My three cents worth Art
Propane has a much higher flame temperature than gasoline and natural gas. It is the temperatures of the combustion that killed the valves. One project in my engine design assignment was development of a propane and natural gas conversion for CAT 3208. In lab testing/validation we could barely get natural gas to meet the durability but not even close with propane. Valve erosion. plug life, and piston temps were more significant challenges compared to NG. I recommended we drop the project, management agreed with review.
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  #16  
Old 09-06-2022, 10:12 AM
abwaldal@gmail.com abwaldal@gmail.com is offline
 
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Location: Battle Ground WA
Posts: 605
Default Propane power

Well there ya go.
I guess I won't be experimenting with Propane in my next plane project.
Ha Ha Ha!!!
I knew something was amiss with the totally trashed valves. I was/am and always will be a mechanic not an engineer.
The boys called me "FIXIT" for a reason I guess.
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  #17  
Old 09-06-2022, 12:20 PM
gasman gasman is offline
 
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Originally Posted by BillL View Post
Propane has a much higher flame temperature than gasoline and natural gas. It is the temperatures of the combustion that killed the valves. One project in my engine design assignment was development of a propane and natural gas conversion for CAT 3208. In lab testing/validation we could barely get natural gas to meet the durability but not even close with propane. Valve erosion. plug life, and piston temps were more significant challenges compared to NG. I recommended we drop the project, management agreed with review.
Propane has been a very successful motor fuel if the conversion was done correctly. Every propane dealer in the country powered their delivery trucks with propane.

I powered my 67 mustang (289) for over 250K miles on propane with no issues. The oil would be as clean when drained as it was when poured from the can. Plugs lasted forever.

Propane weighs 4.2 lbs per gallon so power was reduced by 10% and mileage, the same. But at 20 cents per gallon, I put up with it.

The engineers had no problem designing a butane / propane powered truck back in the 40's......

Click image for larger version

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Notice the Butane tank.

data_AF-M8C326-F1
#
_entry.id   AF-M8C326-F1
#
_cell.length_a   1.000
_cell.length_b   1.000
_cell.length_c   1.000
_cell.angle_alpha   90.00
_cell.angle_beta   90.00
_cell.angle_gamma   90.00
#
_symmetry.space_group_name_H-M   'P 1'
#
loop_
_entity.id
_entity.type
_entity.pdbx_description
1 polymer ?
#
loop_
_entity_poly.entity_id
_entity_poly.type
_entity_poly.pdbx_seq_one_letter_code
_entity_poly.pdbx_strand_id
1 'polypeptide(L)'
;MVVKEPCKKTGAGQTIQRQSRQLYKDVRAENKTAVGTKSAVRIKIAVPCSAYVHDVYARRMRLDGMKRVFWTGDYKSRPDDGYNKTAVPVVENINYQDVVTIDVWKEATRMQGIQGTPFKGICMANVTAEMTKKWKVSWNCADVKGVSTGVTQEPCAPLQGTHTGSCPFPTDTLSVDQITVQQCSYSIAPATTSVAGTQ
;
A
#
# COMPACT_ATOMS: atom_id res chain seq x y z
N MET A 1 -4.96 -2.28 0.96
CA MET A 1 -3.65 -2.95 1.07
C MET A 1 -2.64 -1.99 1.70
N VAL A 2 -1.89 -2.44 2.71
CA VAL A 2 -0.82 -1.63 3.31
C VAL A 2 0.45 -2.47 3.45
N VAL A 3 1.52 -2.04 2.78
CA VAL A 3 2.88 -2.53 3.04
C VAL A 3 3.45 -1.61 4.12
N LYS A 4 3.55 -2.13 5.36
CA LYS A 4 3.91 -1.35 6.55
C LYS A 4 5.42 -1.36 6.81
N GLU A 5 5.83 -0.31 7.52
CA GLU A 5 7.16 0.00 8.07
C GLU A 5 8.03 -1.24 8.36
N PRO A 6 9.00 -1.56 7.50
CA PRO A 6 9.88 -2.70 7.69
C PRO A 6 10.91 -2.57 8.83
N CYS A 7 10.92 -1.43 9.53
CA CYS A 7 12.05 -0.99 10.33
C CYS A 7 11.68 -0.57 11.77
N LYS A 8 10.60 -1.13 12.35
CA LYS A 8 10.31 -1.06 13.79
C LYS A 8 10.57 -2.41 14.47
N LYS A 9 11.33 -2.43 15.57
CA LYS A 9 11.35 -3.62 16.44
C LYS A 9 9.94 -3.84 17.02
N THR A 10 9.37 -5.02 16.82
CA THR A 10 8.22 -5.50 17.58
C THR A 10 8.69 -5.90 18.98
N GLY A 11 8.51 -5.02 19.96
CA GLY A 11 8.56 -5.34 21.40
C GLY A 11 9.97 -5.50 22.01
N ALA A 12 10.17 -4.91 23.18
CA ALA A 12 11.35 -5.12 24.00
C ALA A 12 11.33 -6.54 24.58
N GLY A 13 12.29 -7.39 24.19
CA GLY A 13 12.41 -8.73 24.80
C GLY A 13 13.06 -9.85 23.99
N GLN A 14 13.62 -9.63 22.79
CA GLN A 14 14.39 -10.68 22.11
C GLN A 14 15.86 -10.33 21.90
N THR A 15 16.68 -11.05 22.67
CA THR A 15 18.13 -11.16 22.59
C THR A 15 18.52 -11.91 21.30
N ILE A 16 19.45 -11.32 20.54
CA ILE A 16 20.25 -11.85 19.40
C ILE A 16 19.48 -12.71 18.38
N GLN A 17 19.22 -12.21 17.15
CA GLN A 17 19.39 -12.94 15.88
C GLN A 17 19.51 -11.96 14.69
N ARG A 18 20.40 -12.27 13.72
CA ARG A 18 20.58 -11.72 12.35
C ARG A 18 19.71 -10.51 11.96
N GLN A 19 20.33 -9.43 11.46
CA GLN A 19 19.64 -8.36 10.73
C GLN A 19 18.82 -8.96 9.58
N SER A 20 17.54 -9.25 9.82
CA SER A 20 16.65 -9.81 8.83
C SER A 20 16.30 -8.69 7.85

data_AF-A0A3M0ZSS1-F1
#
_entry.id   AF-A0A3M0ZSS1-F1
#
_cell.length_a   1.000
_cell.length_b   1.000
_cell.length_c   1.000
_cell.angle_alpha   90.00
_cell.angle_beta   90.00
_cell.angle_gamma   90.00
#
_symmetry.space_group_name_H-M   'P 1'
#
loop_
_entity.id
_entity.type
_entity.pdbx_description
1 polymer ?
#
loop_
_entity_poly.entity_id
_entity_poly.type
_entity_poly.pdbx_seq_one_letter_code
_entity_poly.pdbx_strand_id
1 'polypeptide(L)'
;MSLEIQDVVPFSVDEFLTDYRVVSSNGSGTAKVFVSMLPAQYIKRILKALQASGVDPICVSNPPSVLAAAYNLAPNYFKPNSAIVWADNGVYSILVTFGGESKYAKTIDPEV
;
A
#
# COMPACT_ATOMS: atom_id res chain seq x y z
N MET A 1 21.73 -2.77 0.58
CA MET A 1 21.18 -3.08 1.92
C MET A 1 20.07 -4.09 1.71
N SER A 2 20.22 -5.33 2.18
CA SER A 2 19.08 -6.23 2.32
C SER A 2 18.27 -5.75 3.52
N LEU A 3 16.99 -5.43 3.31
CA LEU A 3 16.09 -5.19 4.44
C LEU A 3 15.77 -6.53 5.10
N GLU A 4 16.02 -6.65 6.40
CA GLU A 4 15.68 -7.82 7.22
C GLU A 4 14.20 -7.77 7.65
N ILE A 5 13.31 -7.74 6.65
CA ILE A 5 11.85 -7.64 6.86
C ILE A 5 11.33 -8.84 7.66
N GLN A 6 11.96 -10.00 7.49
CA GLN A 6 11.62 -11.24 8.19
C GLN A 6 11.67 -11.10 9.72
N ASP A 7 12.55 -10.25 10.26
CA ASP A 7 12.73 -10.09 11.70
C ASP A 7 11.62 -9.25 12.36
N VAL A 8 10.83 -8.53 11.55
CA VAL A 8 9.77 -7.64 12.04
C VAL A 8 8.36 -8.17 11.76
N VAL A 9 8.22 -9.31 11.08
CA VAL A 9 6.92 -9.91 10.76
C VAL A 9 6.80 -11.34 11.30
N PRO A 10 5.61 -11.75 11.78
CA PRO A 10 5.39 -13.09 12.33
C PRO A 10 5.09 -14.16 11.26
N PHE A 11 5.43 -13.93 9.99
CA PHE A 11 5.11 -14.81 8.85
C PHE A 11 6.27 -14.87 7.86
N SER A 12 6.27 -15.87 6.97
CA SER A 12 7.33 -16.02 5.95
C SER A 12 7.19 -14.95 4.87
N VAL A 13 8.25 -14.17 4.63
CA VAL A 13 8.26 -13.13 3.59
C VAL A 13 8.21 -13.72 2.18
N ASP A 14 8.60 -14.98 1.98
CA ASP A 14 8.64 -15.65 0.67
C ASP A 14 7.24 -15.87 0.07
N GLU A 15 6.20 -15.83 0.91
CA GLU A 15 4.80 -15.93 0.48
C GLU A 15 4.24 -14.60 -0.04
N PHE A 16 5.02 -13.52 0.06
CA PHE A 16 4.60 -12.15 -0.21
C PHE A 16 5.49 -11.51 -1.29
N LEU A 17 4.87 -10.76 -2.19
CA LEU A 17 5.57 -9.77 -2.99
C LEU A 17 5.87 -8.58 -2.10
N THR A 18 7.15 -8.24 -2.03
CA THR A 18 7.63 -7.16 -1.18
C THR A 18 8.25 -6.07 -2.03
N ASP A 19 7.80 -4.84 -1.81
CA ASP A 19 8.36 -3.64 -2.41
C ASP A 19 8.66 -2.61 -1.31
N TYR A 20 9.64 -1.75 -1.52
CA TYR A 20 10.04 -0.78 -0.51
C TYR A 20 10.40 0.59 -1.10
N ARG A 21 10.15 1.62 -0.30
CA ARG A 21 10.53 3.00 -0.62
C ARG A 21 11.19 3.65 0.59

https://www.curbsideclassic.com/blog...-wimpy-diesel/
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Last edited by gasman : 09-06-2022 at 12:29 PM.
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  #18  
Old 09-06-2022, 12:24 PM
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Dan 57 Dan 57 is offline
 
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Quote:
does anyone has experiences with that kind of product as an alternative to leaded avgas?
Yes, I have only been using the stuff for about a year now…

Trying to run my O-360 purely on Mogas or car gas, I’ve had a case of stuck valve whilst others were pretty tight in their guides.
Reamed up to lowest tolerance and all ok, but now using this very additive hoping for prevention… my next SB388C might tell some truth. Or not.
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  #19  
Old 09-07-2022, 02:33 AM
KayS KayS is offline
 
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Dan: you had the stuck valve using mogas? i was under the impression that stuck valves are more a problem caused by leaded avgas.

at least the manufacturer promises to "prevent" deposits and maybe that could help you in this regard.
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  #20  
Old 10-02-2022, 05:59 PM
Triumph1974 Triumph1974 is offline
 
Join Date: Feb 2008
Location: Richmond VA
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Quote:
Originally Posted by Dan 57 View Post
Yes, I have only been using the stuff for about a year now…

Trying to run my O-360 purely on Mogas or car gas, I’ve had a case of stuck valve whilst others were pretty tight in their guides.
Reamed up to lowest tolerance and all ok, but now using this very additive hoping for prevention… my next SB388C might tell some truth. Or not.
Hi Dan, I just started collecting data on sticky valves.....if you would like to contribute info, please send it to valvedata@protonmail dotcom. (the dot is a .com)

Thanks,
Paul